What makes the 6s Plus so appealing to me involves two things. First, the Plus's large canvas gives me the ability to see more content at a glance. It saves on scrolling, but in accessibility terms, it saves on eye strain and fatigue. I find that my eyes don't work as hard using the Plus because its screen is so large. I can even hold my phone a bit farther away from my face because my eyes are comfortable with the large space.
Secondly, it feels as if iOS is "enlarged" on the 6s Plus. This is due to being presented on a big screen, but what I mean is iOS feels easier to navigate, even in Standard View.2 Anything that I can see on screen – text, UI elements, photos, emoji, whatever – is more visually accessible. 3D Touch in Mail is a good example. "Peeking" into a message on the Plus feels better than it does on the regular 6s because of the big screen. The preview is easier to read, and I'm more efficient at checking my email. Likewise, looking at Instagram photos is easier because not only are the images larger, but I'm able to see more of an image's details.3 As a bonus, the 6s Plus makes it easier for me to make on-the-fly edits to works in progress in iA Writer, and well as watching Netflix or YouTube. I typically shied away from these tasks on the 6s.
In practice, using the 6s Plus reminds me of the large-print textbooks I had in school. These books were the same titles my classmates were using, only mine were much thicker and heavier.4 In a similar vein, the 6s Plus is a "large print" version of the iPhone. I did fine with the regular 6s, just as I likely could've done with a normal-sized textbook and a high-powered magnifier as a kid, but the 6s Plus is more conducive to my visual needs. As with the large-print textbooks being necessary despite their gargantuan size, the Plus's upside in readability trumps any concerns over its gargantuan size.
Sitting On Opposite Ends of the iPhone Spectrum
An interesting aspect of my journey toward iPhone 6s Plus enlightenment are the disparate perspectives me and my girlfriend have when it comes to our respective iPhones.
As I've learned to embrace the Plus, my girlfriend has repeatedly said she prefers a small phone. She's been using my old iPhone 5s for a long time, having inherited it from me when I upgraded to the iPhone 6. As happy as she is with the 4-inch form factor, she asked if she could try out my iPhone 6 to see what the bigger screen is like. I obliged, and helped her set up the new device.
As of this writing, it's been roughly two weeks since she switched phones, and her feedback is mixed. She likes that the 6 shows her more stuff and likes the longer battery, but isn't thrilled with the phone's overall size. She often complains that the 6 is harder to hold, especially when using it one-handed. I told her about the reports that Apple is planning to release a modernized version of her old 5s, and her eyes lit up like a kid on Christmas morning. Suffice it to say, the "iPhone SE" will, in all likelihood, be her new phone whenever it comes out.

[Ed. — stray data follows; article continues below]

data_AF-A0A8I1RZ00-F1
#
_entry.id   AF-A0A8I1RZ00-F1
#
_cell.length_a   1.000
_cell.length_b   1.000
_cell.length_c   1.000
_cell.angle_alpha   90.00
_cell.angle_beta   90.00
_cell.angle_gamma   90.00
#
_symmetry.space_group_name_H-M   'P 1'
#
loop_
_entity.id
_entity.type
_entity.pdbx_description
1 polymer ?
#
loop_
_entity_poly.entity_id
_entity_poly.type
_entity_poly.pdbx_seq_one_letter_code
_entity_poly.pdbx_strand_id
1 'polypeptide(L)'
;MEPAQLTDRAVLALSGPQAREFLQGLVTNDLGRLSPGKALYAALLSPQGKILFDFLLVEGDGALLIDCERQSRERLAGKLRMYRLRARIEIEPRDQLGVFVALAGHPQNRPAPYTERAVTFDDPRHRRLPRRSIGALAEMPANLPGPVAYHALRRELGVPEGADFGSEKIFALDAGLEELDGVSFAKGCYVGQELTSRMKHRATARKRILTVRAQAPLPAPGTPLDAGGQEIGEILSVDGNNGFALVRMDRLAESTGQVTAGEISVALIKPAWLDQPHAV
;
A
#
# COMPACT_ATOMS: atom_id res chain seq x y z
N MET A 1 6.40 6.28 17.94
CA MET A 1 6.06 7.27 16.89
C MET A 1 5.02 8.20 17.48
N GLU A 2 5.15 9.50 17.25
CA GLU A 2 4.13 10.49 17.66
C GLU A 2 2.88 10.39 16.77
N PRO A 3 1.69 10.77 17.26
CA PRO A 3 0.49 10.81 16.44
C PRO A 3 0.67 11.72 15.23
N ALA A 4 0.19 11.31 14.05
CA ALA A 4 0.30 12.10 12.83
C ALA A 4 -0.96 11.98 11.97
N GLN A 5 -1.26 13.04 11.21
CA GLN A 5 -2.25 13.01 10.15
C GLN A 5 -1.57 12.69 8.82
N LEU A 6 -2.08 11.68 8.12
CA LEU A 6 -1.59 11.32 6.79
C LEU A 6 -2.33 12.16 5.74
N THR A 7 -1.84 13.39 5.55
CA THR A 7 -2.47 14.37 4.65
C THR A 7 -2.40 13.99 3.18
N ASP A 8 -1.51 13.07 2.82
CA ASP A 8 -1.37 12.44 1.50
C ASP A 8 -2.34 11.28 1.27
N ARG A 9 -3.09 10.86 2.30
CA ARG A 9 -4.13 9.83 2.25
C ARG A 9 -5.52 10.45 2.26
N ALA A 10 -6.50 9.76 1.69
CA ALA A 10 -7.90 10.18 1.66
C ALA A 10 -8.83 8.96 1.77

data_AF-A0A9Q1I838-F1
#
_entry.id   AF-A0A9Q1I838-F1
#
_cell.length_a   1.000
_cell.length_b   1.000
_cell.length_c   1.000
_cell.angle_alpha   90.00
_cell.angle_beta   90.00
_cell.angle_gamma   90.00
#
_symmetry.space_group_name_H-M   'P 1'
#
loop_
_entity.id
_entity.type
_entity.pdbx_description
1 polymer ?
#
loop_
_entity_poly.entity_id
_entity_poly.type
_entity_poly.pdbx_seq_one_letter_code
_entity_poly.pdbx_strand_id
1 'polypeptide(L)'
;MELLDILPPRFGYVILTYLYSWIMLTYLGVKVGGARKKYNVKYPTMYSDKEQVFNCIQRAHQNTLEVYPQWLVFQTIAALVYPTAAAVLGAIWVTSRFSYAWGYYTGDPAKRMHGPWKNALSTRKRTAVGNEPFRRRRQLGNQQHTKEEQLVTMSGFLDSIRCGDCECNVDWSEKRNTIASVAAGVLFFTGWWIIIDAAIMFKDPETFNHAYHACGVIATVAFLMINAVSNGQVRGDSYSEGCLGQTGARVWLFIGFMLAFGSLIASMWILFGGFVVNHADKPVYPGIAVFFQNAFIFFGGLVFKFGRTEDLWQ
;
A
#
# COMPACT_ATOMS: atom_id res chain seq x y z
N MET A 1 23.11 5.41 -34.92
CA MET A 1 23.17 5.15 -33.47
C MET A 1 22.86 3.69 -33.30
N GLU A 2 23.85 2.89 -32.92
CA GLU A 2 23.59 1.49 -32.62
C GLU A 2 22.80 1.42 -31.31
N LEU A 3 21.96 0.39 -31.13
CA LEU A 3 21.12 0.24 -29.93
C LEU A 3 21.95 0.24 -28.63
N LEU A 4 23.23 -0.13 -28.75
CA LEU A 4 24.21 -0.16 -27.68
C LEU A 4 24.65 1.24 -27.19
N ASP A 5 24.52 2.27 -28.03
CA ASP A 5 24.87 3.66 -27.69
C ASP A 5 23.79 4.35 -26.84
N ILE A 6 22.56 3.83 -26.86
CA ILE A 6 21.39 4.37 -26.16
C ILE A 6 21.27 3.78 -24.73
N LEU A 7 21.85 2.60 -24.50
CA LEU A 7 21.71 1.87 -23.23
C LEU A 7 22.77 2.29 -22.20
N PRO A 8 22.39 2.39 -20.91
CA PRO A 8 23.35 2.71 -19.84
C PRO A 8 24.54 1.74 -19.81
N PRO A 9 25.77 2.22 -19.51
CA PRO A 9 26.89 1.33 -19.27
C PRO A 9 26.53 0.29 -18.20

I mention this anecdote because my girlfriend's views were mine not long ago. There were moments during the year that I used my 6 when I thought about going back to a 4-inch phone, as I longed for the Goldilocks scenario I wrote of earlier. It's fascinating, then, to see us on polar ends of the iPhone spectrum. I've changed my beliefs on giant phones, while she remains steadfast in her beliefs on smaller ones after jumping over the fence for a bit.
As the saying goes, the grass isn't always greener on the other side.
Though I put up strong resistance, I've transitioned to the
Dark Side Plus Club.
This process of giving the iPhone 6s Plus another chance has been rewarding in a couple of ways. It's not only revealing in terms of appreciating the device, it's also taught me a lot about myself. The key lesson has been to be more honest with myself about which disabilities I should prioritize. My vision impairment and cerebral palsy both affect me every second of every day, but my low vision is the one that is arguably most important. As I wrote earlier, the eyes are how I view the world, and I should accommodate them the best I can. The 6s Plus does that. I've been able to use both phones for a good period, and after careful consideration, I've decided that the 6s Plus is the better phone for me.
As with the 42mm Apple Watch, from now on I can see myself opting for the Plus model iPhone. I'm so glad I decided to give it a second look, because it really is a fantastic device. Moreover, this experience is proof that the iPad Pro is transformative in more ways than one.
As my pal Stephen Hackett put it, Myke was right.
- There's a directness inherent to iOS that isn't present in a "legacy" OS like OS X. The former was designed around touch input, whereas the latter was built around keyboard-and-mouse input. Multitouch is the clear accessibility win for myriad reasons, and it's why iOS devices are loved by people of all ages and abilities. It's simply easier to tap and swipe than it is to point and click. That isn't to say someone like me can't use or doesn't like the Mac, just that I prefer an iPad most days. ↩︎
- Introduced with the iPhone 6 and 6 Plus, iOS has two display options: Standard and Zoom. Standard is the default choice; choosing Zoom will enlarge the entire system. iOS prompts users to select a view during setup, but you can change it at any time by going to Display & Brightness > Display Zoom. (The iPad Pro has this too.) ↩︎
- I'd be able to see even more detail if the app supported pinch-to-zoom. ↩︎
- And I had to carry several of them in my backpack to and from school every day. Imagine that. ↩︎